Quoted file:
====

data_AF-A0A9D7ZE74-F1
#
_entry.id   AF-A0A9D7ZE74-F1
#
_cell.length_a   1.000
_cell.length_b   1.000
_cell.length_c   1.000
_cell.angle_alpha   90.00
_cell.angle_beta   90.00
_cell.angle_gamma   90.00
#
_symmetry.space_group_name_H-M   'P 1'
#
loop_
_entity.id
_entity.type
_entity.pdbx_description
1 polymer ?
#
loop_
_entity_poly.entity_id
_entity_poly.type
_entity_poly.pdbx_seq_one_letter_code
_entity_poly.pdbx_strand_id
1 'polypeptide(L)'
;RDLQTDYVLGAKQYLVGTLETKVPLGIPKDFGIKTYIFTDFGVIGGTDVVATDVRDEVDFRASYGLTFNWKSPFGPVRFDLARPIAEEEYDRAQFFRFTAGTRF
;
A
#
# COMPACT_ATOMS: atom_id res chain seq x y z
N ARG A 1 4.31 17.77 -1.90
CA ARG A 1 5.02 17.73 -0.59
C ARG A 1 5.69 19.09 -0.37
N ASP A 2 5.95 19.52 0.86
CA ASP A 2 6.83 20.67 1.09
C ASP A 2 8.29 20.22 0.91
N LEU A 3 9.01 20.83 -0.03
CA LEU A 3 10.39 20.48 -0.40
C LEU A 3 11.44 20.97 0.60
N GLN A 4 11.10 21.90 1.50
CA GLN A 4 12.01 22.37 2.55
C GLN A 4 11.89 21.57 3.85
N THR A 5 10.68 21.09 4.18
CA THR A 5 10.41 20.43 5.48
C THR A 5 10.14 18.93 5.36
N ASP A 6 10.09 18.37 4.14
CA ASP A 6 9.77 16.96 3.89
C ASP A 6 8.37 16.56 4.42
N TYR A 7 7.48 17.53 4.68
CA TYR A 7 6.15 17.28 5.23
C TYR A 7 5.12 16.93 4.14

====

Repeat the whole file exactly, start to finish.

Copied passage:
data_AF-A0A9D7ZE74-F1
#
_entry.id   AF-A0A9D7ZE74-F1
#
_cell.length_a   1.000
_cell.length_b   1.000
_cell.length_c   1.000
_cell.angle_alpha   90.00
_cell.angle_beta   90.00
_cell.angle_gamma   90.00
#
_symmetry.space_group_name_H-M   'P 1'
#
loop_
_entity.id
_entity.type
_entity.pdbx_description
1 polymer ?
#
loop_
_entity_poly.entity_id
_entity_poly.type
_entity_poly.pdbx_seq_one_letter_code
_entity_poly.pdbx_strand_id
1 'polypeptide(L)'
;RDLQTDYVLGAKQYLVGTLETKVPLGIPKDFGIKTYIFTDFGVIGGTDVVATDVRDEVDFRASYGLTFNWKSPFGPVRFDLARPIAEEEYDRAQFFRFTAGTRF
;
A
#
# COMPACT_ATOMS: atom_id res chain seq x y z
N ARG A 1 4.31 17.77 -1.90
CA ARG A 1 5.02 17.73 -0.59
C ARG A 1 5.69 19.09 -0.37
N ASP A 2 5.95 19.52 0.86
CA ASP A 2 6.83 20.67 1.09
C ASP A 2 8.29 20.22 0.91
N LEU A 3 9.01 20.83 -0.03
CA LEU A 3 10.39 20.48 -0.40
C LEU A 3 11.44 20.97 0.60
N GLN A 4 11.10 21.90 1.50
CA GLN A 4 12.01 22.37 2.55
C GLN A 4 11.89 21.57 3.85
N THR A 5 10.68 21.09 4.18
CA THR A 5 10.41 20.43 5.48
C THR A 5 10.14 18.93 5.36
N ASP A 6 10.09 18.37 4.14
CA ASP A 6 9.77 16.96 3.89
C ASP A 6 8.37 16.56 4.42
N TYR A 7 7.48 17.53 4.68
CA TYR A 7 6.15 17.28 5.23
C TYR A 7 5.12 16.93 4.14